So, look, I’m not saying the keyword research you were going to do today isn’t important because at some point you have to do that. But really for me, for my money, I see what Google’s investing in. They’re investing in the core user experience and the customer experience. That’s what they’re looking at.

I want you guys to go look up a whitepaper that Google did last summer called “The Messy Middle.” It’s going to talk about the new customer journey. And I know we’re all burnt out on customer journey, but bear with me. The customer journey has always been here. It will always be here, whether we’re bored with the phrase or not. It is your funnel. You know, that path to conversion, the money you want. So, you’re never getting away from it.

Go take a look at what they had to say in that whitepaper because it’s not linear. It’s more like a ball of yarn. It’s a bit of a mess. You have to understand where your value is throughout that process so that you will own the customer journey.

And if you look at investments Google has made, if you look at the technologies, if you look at the improvements in search, if you look at the new features that we’ve seen, all of these things generally align that way.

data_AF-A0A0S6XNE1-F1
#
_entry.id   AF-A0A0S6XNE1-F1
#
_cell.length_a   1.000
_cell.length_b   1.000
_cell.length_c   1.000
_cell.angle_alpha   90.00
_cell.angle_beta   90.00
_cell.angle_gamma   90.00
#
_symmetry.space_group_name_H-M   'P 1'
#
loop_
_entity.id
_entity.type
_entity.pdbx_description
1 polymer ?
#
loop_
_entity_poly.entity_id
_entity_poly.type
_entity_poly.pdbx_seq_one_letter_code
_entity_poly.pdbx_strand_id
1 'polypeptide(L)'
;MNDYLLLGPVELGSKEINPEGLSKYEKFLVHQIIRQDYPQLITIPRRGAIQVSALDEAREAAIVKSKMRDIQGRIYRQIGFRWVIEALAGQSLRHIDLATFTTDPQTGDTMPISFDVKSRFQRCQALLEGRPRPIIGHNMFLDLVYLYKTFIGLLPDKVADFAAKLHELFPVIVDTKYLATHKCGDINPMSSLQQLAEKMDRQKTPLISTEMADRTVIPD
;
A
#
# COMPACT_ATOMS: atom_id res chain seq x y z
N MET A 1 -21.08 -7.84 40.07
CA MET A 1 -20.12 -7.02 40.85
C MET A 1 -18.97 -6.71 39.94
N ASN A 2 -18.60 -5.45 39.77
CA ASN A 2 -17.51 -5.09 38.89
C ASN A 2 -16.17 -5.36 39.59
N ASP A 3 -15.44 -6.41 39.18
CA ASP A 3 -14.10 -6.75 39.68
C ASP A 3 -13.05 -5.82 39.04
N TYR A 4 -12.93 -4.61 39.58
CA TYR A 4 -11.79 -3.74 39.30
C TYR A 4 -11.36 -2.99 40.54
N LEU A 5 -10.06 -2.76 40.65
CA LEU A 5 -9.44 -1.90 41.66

And take it a step deeper. Go look up the Wikipedia page that shows the acquisitions that Google and Alphabet make as a company. And you’ll see that the technologies and the other businesses, the companies they buy are designed to support these experiences in a certain dimension.

You don’t believe me? Take a look at Google Maps recently. You look at the last three years of the new features we’ve gotten in Google Maps, and you look at the pace at which we’ve gotten them, and you will see that all came because those are the popular things in Waze. Everybody knows that Waze is only used by a small percentage compared to Google Maps. So, the reality is, if you want Google Maps to be better, you give them Waze-like features in Google Maps. And that’s what we have today. It makes that difference. So, I want you guys thinking about that in terms of your business and your customers. Eric, what do you, on this topic, where’s your head at with this?

Eric: So, I think those are great points, and I’m totally down with CX and UX being incredibly important. And, actually, Google has weighed in on this in another regard when they gave us the page experience signal, right?

Duane: Yeah. A hundred percent.

Eric: The reality is that isn’t the beginning of when Google began to think about things that related to customer experience and user experience from the point of view of sending messages out to those of us who publish websites.